Understanding accounting is a very useful skill to have when it comes to managing a small business. The better a manager understands financial data, the easier it is for them to make a decision. In this post, we will discuss some basic accounting terms as well as accounting methods that are relevant to small businesses.
Understanding Accounting Basics
Accounting is an information system that records, identifies, and communicates the economic events of an organization or business to interested users. Accounting is very important for a business to stay organized, and for managers to make decisions. The ultimate purpose of financial information is to provide data to users for decision making.
Users of accounting can be internal users or external users. Internal users include managers, directors, officers, and supervisors. External users are investors, customers, creditors, suppliers, and taxing authorities. The best accounting practices lie in selecting the correct accounting method and financial statement to use in order to best display information for the selected users. For example, a manager may want to know the liquidity of the business in order to see how much working capital the business has. A specific type of ratio (the Current Ratio) is best used in this situation.
Accounting is fundamental to the success of any business and it’s important that users filling out financial information do so in a legal and ethical way.
There are many different forms and financial statements that can be used to record economic events in a business. There are also ratios and formulas that can be used to check the financial health and the current status of a business or organization. We will discuss these ratios and formulas in later lessons in this tutorial. However you should be aware of some basic terminology.
In accounting, we use the terms assets, liabilities, and stockholder’s equity to describe different economic events and transactions that need to be recorded. An asset is any resource owned by a business. Assets can take the form of buildings, land, vehicles, and cash. A liability is any amount owed to creditors in the form of debt and other obligations. Liabilities can be notes payable, bonds payable, or stock. Stockholder’s Equity is the owner’s claim to the assets (sometimes called owner’s equity).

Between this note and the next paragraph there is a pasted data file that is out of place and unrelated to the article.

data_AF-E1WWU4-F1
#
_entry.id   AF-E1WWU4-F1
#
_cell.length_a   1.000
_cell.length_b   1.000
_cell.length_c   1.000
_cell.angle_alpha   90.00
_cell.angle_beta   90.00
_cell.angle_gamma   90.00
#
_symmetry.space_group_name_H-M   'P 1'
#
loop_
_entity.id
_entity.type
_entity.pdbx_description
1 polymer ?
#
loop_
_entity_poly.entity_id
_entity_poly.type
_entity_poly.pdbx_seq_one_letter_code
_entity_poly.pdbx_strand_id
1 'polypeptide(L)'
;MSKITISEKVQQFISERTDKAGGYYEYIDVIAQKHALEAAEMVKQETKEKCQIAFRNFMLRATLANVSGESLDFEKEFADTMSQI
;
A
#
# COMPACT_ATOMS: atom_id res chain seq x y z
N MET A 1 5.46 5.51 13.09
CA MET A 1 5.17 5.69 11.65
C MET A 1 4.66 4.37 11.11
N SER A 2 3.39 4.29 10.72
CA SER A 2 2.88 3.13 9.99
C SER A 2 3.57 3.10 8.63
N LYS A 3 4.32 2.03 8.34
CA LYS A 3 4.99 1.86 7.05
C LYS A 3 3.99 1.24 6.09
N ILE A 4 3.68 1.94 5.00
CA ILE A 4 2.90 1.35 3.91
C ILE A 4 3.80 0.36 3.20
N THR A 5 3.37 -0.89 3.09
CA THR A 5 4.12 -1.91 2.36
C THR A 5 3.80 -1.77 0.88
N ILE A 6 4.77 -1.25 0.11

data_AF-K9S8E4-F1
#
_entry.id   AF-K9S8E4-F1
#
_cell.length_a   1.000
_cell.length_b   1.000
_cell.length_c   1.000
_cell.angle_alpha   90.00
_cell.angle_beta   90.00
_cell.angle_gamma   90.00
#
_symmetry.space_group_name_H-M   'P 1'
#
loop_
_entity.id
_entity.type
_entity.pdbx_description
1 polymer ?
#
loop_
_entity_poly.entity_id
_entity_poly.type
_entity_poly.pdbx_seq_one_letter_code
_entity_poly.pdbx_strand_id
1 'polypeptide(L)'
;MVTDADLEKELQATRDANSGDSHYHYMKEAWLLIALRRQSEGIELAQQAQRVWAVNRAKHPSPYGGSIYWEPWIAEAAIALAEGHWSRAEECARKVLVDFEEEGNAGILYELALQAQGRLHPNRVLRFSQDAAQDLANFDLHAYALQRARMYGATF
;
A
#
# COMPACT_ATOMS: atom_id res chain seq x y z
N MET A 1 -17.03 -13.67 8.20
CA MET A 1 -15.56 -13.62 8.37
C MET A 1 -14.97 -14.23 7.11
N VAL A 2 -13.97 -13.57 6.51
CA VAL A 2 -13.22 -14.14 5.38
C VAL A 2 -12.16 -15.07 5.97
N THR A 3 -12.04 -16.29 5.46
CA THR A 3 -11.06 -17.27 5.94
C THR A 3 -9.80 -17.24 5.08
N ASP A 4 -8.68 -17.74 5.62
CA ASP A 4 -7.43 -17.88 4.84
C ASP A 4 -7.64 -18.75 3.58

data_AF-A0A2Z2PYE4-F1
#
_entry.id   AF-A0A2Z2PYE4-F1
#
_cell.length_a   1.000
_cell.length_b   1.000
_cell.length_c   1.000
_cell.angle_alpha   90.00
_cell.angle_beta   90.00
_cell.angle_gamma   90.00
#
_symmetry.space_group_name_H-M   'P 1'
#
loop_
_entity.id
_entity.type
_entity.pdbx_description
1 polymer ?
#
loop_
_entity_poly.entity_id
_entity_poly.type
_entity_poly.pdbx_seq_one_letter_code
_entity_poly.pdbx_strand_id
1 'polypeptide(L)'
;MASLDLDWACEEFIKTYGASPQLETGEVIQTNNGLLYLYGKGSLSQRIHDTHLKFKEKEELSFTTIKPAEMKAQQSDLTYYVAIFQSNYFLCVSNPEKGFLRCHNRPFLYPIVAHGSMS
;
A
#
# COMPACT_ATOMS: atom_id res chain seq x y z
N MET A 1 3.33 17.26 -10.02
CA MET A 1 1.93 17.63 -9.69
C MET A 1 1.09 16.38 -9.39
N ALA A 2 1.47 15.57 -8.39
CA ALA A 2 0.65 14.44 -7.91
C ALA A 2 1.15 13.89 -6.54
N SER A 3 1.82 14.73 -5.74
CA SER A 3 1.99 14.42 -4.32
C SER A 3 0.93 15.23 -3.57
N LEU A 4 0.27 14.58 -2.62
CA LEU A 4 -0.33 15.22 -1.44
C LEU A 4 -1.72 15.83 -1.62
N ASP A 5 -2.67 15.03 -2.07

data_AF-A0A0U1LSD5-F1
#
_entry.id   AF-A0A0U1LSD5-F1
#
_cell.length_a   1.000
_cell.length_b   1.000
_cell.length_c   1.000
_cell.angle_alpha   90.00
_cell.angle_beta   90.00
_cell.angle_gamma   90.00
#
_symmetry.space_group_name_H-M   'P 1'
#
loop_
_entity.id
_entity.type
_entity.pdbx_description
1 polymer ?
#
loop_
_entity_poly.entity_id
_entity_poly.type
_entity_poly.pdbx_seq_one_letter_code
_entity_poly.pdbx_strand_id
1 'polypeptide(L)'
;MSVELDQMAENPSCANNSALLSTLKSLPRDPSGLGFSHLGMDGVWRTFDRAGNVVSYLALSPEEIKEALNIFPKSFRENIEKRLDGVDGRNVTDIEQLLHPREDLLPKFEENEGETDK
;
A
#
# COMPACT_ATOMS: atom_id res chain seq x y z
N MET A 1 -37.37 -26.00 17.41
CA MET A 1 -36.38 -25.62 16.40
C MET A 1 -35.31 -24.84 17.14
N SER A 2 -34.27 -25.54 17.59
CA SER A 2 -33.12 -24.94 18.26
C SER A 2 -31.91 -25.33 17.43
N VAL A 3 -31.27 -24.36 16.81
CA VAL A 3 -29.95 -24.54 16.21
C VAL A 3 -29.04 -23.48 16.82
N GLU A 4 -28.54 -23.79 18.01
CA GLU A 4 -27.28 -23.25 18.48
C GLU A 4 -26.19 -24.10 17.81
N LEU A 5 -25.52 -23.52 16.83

In the basic accounting equation, the amount of assets must equal a company’s liabilities + the stockholder’s equity (or claim to the assets).
Assets= Liabilities + Stockholder’s Equity
This equation is important because assets must always balance with the claims to assets (liabilities and stockholder’s equity).
For example, if an individual asset is increased, then
- another asset must decrease, or
- a liability must increase, or
- An increase in stockholder’s equity.
This concept of balancing both sides of an equation or financial statement is essential to reporting accounting transactions.
For example, if XYZ Inc purchased an asset, another asset must decrease. Let’s say XYZ purchased office supplies for $400 with cash. This would mean that the “supplies account” would increase $400, while the “cash account” would decrease $400.
Other economic events may mean that assets increase while liabilities increase. For example, if XYZ Inc borrowed $1,000 from the bank, a liability would increase while an asset (let’s say cash for example) would increase as well. If XYZ then purchased supplies with that money, another economic event would occur, prompting XYZ to have an increase in the “supply” account and a decrease in the “cash” account.
Besides companies using different financial statements to show users different types of information, there are also two separate types of accounting systems in general. These accounting systems help the company determine when to make entries (or record financial/economic events.) These two systems are called the cash system, and the accrual system. The accrual basis system of accounting means that companies will record financial actions in the period in which the events occur. Cash basis accounting means that companies record economic events when they receive payment.
* For more information on this topic and other accounting topics, refer to our Accounting Tutorial.